Almost one in seven secondary school pupils gets extra help with their school leaving exams because they are dyslexic or have other problems, the AD said on Monday.
Thousands of pupils are given extra time to complete their exams, is allowed to use a computer or has the questions read to him or her, the paper said. In 2011, one in 10 pupils had help, but that has now risen to 14%, or 27,500 pupils, the paper said.
Education minister Sander Dekker is currently looking into the ease with which parents can have their child labelled officially dyslexia, following complaints that the rules are too lax.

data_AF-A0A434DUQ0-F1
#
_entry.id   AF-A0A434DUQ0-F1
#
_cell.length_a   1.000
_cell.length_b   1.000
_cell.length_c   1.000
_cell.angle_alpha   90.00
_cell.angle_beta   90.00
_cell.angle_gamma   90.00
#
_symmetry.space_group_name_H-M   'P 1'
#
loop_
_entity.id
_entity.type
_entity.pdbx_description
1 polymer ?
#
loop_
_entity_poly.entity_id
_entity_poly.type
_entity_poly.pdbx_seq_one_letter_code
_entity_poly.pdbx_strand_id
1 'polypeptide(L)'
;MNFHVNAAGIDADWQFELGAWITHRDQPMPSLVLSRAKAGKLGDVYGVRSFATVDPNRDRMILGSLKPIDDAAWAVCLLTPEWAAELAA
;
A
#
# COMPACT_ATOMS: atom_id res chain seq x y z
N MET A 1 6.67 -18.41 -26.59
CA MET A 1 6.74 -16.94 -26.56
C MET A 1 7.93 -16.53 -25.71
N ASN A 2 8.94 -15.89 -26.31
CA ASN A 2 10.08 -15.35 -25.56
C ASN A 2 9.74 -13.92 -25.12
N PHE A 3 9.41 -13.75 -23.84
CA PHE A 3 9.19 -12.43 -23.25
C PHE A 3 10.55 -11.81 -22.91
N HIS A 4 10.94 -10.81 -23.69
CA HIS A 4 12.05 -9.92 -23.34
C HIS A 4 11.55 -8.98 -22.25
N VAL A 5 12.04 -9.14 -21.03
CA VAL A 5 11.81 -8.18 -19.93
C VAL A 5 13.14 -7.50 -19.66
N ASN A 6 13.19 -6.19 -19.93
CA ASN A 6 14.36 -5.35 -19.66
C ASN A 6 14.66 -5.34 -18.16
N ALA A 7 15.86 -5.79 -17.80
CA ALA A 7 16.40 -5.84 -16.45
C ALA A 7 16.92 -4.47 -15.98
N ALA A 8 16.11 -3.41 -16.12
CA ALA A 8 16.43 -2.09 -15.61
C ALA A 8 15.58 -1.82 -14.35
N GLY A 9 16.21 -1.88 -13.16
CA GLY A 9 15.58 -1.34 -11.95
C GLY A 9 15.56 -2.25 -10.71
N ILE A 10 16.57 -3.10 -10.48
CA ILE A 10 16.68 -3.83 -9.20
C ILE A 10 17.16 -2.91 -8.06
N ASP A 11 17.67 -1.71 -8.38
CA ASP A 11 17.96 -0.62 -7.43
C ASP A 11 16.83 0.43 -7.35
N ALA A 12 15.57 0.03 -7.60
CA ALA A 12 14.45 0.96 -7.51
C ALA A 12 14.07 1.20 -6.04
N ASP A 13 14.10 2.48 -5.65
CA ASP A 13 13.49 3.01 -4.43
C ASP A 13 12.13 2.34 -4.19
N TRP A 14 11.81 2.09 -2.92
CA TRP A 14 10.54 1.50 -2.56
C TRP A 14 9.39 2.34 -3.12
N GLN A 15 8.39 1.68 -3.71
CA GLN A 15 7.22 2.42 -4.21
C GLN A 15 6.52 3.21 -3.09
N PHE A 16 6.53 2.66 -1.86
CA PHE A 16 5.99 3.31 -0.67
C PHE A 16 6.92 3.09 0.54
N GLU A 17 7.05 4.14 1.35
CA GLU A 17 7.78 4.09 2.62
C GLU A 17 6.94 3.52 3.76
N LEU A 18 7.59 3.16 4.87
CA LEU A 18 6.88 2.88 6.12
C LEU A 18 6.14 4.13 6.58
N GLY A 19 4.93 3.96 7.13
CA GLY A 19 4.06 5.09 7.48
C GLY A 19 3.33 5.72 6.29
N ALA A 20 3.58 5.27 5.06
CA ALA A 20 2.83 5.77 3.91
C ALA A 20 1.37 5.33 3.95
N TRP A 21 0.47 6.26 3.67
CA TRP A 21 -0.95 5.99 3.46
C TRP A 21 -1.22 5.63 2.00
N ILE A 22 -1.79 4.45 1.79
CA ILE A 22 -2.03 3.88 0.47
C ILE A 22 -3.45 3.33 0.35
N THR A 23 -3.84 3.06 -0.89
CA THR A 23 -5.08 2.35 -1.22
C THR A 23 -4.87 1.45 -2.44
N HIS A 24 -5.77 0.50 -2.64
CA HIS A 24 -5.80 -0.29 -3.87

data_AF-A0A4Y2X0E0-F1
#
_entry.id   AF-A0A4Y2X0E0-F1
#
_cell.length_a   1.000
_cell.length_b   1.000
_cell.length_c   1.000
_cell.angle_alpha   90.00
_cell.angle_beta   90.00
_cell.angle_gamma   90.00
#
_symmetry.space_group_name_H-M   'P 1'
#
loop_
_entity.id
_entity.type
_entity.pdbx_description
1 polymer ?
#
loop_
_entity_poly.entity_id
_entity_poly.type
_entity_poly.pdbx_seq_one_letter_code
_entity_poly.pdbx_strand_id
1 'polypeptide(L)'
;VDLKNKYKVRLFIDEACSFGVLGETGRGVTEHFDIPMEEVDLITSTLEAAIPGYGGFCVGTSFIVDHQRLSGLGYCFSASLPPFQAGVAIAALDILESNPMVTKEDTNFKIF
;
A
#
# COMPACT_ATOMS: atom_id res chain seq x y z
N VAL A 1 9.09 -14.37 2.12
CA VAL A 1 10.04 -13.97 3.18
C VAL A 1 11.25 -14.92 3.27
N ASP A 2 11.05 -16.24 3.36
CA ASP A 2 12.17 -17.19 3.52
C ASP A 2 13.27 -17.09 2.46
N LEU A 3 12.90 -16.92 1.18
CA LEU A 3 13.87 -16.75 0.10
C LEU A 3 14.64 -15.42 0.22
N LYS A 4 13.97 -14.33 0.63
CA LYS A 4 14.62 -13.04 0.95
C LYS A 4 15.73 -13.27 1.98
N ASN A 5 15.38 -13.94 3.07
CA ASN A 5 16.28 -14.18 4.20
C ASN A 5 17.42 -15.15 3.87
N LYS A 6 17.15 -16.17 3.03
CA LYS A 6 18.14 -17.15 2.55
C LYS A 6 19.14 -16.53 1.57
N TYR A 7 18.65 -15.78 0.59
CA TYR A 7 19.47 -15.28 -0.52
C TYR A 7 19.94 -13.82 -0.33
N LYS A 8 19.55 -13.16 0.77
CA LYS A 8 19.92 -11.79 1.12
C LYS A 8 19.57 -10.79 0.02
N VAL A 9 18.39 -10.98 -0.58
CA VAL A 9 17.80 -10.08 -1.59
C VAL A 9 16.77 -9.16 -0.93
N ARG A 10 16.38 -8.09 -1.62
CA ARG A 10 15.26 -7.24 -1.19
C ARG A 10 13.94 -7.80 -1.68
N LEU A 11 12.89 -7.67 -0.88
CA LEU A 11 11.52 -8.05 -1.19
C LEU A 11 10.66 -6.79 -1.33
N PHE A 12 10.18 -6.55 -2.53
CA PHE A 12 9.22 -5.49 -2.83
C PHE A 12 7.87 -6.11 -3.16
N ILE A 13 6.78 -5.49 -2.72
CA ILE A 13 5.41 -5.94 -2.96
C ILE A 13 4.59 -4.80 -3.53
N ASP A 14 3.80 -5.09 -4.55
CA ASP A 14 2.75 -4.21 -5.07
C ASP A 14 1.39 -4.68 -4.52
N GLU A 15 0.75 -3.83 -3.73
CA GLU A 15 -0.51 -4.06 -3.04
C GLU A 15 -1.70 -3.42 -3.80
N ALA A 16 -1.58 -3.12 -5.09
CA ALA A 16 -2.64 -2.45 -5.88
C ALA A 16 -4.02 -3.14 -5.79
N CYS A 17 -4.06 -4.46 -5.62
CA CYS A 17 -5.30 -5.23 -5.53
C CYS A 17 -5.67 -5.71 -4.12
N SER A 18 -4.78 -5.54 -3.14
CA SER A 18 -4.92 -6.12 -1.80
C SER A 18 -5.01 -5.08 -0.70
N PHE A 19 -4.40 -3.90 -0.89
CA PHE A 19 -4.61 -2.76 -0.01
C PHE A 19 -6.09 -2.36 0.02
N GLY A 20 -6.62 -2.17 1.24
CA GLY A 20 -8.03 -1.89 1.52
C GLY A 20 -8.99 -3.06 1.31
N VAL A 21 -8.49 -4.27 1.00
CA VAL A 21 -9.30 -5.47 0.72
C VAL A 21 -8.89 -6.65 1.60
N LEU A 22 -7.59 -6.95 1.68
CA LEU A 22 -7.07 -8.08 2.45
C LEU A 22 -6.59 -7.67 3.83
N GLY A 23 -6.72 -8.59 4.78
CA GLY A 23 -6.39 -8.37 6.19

Extra help with exams is also given to children who have difficulty with arithmetic and concentration as well as psychological problems.
Education professor Peter de Jong told the AD that an extremely large number of children get the special treatment. ‘An extra half hour can put a lot of children’s minds at ease, but where do you draw the line?’ he said.
Children attending vocational schools are twice as likely to get special treatment than those in pre-university streams, the AD said.
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